Driving into the park, you will be immediately confronted with a small, simple boat ramp into Cleawox Lake. This is a perfect spot to launch kayaks, canoes, and rowboats. While motorboats aren't prohibited here, they are uncommon, possibly due to the uneven lake bottom and many snags. This part of the lake is bounded by dunes to the south and forest to the north. It is frequently stocked with rainbow trout, and two small eastern arms are home to largemouth bass. When you have finished exploring this wide, windy part of the lake, look for a small channel next to a private wooden dock. Paddle through this narrow slot and you will find the rest of the lake. Somewhat sheltered by dunes, this long, thin arm is a wonderful spot for birdwatching; on my last trip, I watched an osprey fighting with a bald eagle for quite some time. I don't know what the squabble was about, but the comparatively small osprey seemed to be winning. Perhaps they were arguing over fishing rights; this part of the lake is known for its bass and panfish, so be sure to check it out if you brought your pole.
Back on the park road, a right turn near the boat ramp leads to a day use area with a single-story lodge built in the 1930s by the CCC. The lodge is closed for most of the year, but from Memorial Day through Labor Day it is open to the public and kayaks and canoes are offered for rent. The small swimming beach is available year-round, though, and picnic tables are liberally scattered among the trees. Be aware that, while dogs are welcome in the park, they are not allowed on the swimming beach.
Take a left at that same intersection to find another day-use area. This one has a large, accessible fishing dock, as well as restrooms and a short path to the dunes that tumble into Cleawox Lake. This is a great spot to learn sandboarding; in fact, the park rents boards during the summer season. If the park's rentals aren't available, boards are available from several retailers along Highway 101.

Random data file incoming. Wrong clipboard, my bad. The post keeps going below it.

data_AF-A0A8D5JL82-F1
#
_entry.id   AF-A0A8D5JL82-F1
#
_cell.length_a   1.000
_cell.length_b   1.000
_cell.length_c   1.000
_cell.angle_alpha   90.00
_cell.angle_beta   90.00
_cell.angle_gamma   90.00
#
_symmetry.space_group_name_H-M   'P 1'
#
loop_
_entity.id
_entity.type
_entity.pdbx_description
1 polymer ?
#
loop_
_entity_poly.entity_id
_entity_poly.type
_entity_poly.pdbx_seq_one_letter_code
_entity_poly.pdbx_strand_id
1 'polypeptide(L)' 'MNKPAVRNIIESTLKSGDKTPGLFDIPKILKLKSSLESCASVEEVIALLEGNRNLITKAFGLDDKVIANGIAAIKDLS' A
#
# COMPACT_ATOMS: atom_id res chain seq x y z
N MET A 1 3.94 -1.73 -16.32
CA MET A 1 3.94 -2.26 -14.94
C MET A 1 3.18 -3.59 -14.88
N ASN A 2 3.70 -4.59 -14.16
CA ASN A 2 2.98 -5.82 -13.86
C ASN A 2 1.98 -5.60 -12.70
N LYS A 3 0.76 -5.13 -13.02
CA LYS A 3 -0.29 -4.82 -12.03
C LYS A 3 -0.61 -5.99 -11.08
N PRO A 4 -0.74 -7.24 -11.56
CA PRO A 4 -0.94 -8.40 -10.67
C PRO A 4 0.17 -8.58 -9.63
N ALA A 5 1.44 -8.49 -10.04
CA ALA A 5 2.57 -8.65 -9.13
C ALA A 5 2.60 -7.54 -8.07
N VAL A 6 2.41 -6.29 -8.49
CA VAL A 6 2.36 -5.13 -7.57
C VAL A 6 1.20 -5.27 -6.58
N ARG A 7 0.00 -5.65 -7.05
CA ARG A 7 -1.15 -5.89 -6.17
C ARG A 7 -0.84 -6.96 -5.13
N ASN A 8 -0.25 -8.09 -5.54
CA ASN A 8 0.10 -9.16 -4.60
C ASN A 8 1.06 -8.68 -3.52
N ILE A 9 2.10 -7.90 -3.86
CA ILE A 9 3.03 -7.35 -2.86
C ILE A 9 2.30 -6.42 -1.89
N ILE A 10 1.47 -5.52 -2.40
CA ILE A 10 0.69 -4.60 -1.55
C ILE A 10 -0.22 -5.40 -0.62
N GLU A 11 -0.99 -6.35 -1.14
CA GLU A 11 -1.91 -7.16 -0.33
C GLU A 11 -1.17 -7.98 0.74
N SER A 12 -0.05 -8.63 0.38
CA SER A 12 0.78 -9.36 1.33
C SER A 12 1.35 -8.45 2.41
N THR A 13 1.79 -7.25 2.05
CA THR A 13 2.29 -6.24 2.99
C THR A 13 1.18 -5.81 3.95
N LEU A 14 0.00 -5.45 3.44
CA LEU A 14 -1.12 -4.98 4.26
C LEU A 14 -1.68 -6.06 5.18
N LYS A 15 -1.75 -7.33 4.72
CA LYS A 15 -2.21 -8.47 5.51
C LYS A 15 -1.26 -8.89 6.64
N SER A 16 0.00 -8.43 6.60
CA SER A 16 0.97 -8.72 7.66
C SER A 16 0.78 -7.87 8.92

From here the park road leads to the campground, passing tiny Lily Lake, a pretty but snag-filled pond. Honeyman Campground is a full-service state campground, with RV and tent sites, yurts, showers, a playground, an amphitheater, and an RV dump. There is also a nice, private hiker-biker camp. The Welcome Center is staffed with friendly and knowledgeable volunteers who will even serve you coffee or tea. Look for a trail into the dunes near the Center if you would like to get a taste of dune hiking. Honeyman can fill up quickly in the summer months, but sites are often available even on the weekends during the rest of the year. Campers can use either of the day-use areas without charge, while day-trippers pay a $5 parking fee.
For direct ATV access to the dunes, be sure to reserve a site in the popular "H" Loop. The gate here is only available to campers in that loop; ATV riders camping elsewhere in the park must trailer their rides to the South Jetty or Siltcoos areas. The dune gate will be closed for the summer season after April 30, but pedestrians can still use it to access the dunes. If you don't have an ATV but would like to try exploring the dunes by motor, there are several rental businesses along Highway 101 that will gladly outfit you for an adventure.
|One of the many views from the Woahink hiking trail.|
The north end of Woahink Lake is easily accessed from Canary Road, directly across 101 from the Honeyman entrance. There is plenty of roadside parking, including a spot near a tiny boat ramp. Drive a little further to find a lovely park on the right. This park is free and offers a paved boat ramp with dock, a swimming beach, and picnicking. Motorboats are easily launched here, and there is plenty of trailer parking. Paddlers can savor a peaceful morning exploring the lake's northern arms, and sailors will enjoy the brisk afternoon breezes.
Our family has taken several coastal trips with the intention of covering most of the coast, only to end up staying around Honeyman the whole time. There is just so much to do, the area is so pretty, and the people are so friendly. It's a perfect spring destination.
|Arm of Woahink|
|Arm of Cleawox|
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